The following ten steps can enable a company to see where it is on the scale of innovation management capability and how it can establish a strategy. These steps represent various aspects of the innovation process: creation, conversion and commercialization. They are not intended to be all-inclusive, but are a starter set of ways to think about the innovation process as a system of interdependent activities. As with any corporate-wide initiative, companies must establish key players, agree on a framework for dialogue, create an implementation strategy (ideally, after stakeholders have been interviewed), manage the process, evaluate results, and be open to new ideas and unexpected business opportunities.

  1. Foremost, the innovation process should be made explicit by identifying a corporate officer and cross-functional team responsible for the process. Innovation can be stated as a core value of the firm, thereby ensuring that all participants in the process recognize its importance.
  2. Once the process is defined, including the roles of all stakeholders, attempts should be made to define the metrics of progress - both tangible and intangible - that define the performance of the system. Recognize that metrics difficult to define may be the best measures of success. Develop the “business case” based on a new value proposition that promotes creation, exchange, and application of new ideas. Develop key indicators and early warning signals that might be tracked in a periodic review. Be attentive to what incentives can be built into the system to foster the behavior necessary in an innovative environment.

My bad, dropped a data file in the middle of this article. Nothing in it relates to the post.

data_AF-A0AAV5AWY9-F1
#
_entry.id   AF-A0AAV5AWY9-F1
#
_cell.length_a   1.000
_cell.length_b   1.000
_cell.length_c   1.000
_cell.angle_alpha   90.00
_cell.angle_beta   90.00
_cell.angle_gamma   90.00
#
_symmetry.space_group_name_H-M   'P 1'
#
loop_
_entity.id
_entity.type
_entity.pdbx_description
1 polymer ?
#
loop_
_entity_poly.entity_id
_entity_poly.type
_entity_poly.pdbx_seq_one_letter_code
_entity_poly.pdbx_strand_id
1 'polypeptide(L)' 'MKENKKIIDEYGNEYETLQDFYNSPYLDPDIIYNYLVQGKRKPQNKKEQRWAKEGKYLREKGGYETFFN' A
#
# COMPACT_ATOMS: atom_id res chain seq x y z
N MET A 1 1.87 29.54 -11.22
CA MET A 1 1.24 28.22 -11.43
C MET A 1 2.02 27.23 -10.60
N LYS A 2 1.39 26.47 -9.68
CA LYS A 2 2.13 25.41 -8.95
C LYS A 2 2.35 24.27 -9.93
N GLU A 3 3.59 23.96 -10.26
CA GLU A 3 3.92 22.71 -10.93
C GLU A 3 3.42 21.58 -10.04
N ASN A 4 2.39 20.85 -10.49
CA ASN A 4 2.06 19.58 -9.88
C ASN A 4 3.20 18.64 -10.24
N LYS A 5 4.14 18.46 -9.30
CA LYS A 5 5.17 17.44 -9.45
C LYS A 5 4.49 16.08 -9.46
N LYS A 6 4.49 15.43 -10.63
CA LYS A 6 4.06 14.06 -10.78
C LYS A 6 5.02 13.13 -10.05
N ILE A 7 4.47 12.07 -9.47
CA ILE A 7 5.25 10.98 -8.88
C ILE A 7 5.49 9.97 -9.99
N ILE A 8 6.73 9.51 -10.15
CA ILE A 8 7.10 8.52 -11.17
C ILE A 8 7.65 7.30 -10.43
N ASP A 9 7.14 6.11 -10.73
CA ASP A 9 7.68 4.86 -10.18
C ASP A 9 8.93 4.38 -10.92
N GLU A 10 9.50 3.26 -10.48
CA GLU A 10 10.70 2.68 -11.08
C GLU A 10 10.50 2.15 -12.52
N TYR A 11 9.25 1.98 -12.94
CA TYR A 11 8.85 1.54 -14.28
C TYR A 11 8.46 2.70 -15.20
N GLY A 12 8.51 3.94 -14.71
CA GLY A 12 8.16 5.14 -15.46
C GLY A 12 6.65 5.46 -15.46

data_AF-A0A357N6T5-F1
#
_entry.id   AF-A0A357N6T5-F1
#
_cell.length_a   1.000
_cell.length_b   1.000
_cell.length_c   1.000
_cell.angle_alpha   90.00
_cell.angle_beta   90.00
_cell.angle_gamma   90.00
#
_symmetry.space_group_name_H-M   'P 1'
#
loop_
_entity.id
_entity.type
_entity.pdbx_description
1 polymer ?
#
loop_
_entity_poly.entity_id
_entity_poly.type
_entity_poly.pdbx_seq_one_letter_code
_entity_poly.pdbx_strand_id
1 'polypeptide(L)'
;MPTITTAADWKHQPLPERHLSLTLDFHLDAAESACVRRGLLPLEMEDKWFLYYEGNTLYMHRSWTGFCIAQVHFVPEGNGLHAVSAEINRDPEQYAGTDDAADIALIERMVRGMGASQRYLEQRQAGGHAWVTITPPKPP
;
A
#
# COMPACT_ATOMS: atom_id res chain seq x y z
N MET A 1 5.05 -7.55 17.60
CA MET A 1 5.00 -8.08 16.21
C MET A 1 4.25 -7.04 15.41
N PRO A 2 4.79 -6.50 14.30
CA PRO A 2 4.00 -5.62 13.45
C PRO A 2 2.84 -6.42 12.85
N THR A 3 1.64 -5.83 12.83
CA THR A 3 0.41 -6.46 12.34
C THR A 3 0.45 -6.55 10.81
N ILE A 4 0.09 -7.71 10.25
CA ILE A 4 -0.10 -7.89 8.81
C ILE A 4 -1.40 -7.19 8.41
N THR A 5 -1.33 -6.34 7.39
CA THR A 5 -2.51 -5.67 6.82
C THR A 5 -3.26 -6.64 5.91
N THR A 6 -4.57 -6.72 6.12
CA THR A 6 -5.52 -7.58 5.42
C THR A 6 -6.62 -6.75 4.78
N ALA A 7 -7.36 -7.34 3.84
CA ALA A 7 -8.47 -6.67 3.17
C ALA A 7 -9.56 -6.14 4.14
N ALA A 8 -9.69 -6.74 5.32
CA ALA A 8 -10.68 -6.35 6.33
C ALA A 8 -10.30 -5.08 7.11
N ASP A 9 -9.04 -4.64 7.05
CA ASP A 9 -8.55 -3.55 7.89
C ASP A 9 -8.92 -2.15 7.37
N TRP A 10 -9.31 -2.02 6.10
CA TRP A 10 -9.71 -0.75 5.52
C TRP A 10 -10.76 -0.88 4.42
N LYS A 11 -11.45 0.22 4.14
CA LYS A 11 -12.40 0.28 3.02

3. Take stock of the education/training capability of the firm and form where its ideas originate. Consider the implications of a “real-time” learning environment that may not be classroom-based. Provide an infrastructure the incubation of new business ideas that might develop into products/services and even new business that might contribute to the bottom line.
  4. Consider your local, national, regional, and worldwide presence. How might these locations be converted into a distributed learning network that treats stakeholders, including customers, as sources of knowledge?
  5. Pay attention to the competitive environment, but ensure your radar is wide enough to capture potential competitors who may not even be a factor in your industry today. Ensure that any intelligence activity is designed as a feed-forward system to those with the need to know. Where appropriate, rely on the finest computer and communication technology available to facilitate the process.
  6. Review the metrics of your own product and service development - for example, the number of new products/services fielded in a given period as a percentage of sales. Perform a serious analysis of the knowledge economy and the implications for your business. Consider some new adaptations that capitalize on knowledge-based products and the knowledge delivery channel.